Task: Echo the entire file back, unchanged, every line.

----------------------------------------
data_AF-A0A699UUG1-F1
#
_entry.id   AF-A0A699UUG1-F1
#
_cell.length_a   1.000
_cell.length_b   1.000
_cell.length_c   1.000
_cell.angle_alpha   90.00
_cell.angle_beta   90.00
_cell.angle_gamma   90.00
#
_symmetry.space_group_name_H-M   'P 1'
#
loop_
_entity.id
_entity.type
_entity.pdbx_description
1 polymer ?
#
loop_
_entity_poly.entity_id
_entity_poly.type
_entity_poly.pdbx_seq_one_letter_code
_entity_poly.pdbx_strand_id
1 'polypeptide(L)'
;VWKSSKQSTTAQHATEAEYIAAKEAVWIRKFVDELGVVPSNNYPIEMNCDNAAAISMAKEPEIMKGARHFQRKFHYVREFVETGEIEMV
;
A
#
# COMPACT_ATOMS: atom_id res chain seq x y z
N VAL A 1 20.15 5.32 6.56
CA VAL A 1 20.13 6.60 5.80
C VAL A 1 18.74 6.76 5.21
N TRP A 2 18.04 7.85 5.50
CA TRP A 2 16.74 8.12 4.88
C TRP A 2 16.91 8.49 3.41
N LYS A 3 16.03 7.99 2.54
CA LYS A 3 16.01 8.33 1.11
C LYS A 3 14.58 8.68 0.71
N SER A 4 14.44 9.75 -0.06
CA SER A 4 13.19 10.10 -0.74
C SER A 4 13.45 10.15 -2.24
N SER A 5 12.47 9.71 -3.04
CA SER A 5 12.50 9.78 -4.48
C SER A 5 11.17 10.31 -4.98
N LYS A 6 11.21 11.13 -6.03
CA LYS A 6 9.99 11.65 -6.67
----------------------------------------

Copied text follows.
data_AF-A0A699UUG1-F1
#
_entry.id   AF-A0A699UUG1-F1
#
_cell.length_a   1.000
_cell.length_b   1.000
_cell.length_c   1.000
_cell.angle_alpha   90.00
_cell.angle_beta   90.00
_cell.angle_gamma   90.00
#
_symmetry.space_group_name_H-M   'P 1'
#
loop_
_entity.id
_entity.type
_entity.pdbx_description
1 polymer ?
#
loop_
_entity_poly.entity_id
_entity_poly.type
_entity_poly.pdbx_seq_one_letter_code
_entity_poly.pdbx_strand_id
1 'polypeptide(L)'
;VWKSSKQSTTAQHATEAEYIAAKEAVWIRKFVDELGVVPSNNYPIEMNCDNAAAISMAKEPEIMKGARHFQRKFHYVREFVETGEIEMV
;
A
#
# COMPACT_ATOMS: atom_id res chain seq x y z
N VAL A 1 20.15 5.32 6.56
CA VAL A 1 20.13 6.60 5.80
C VAL A 1 18.74 6.76 5.21
N TRP A 2 18.04 7.85 5.50
CA TRP A 2 16.74 8.12 4.88
C TRP A 2 16.91 8.49 3.41
N LYS A 3 16.03 7.99 2.54
CA LYS A 3 16.01 8.33 1.11
C LYS A 3 14.58 8.68 0.71
N SER A 4 14.44 9.75 -0.06
CA SER A 4 13.19 10.10 -0.74
C SER A 4 13.45 10.15 -2.24
N SER A 5 12.47 9.71 -3.04
CA SER A 5 12.50 9.78 -4.48
C SER A 5 11.17 10.31 -4.98
N LYS A 6 11.21 11.13 -6.03
CA LYS A 6 9.99 11.65 -6.67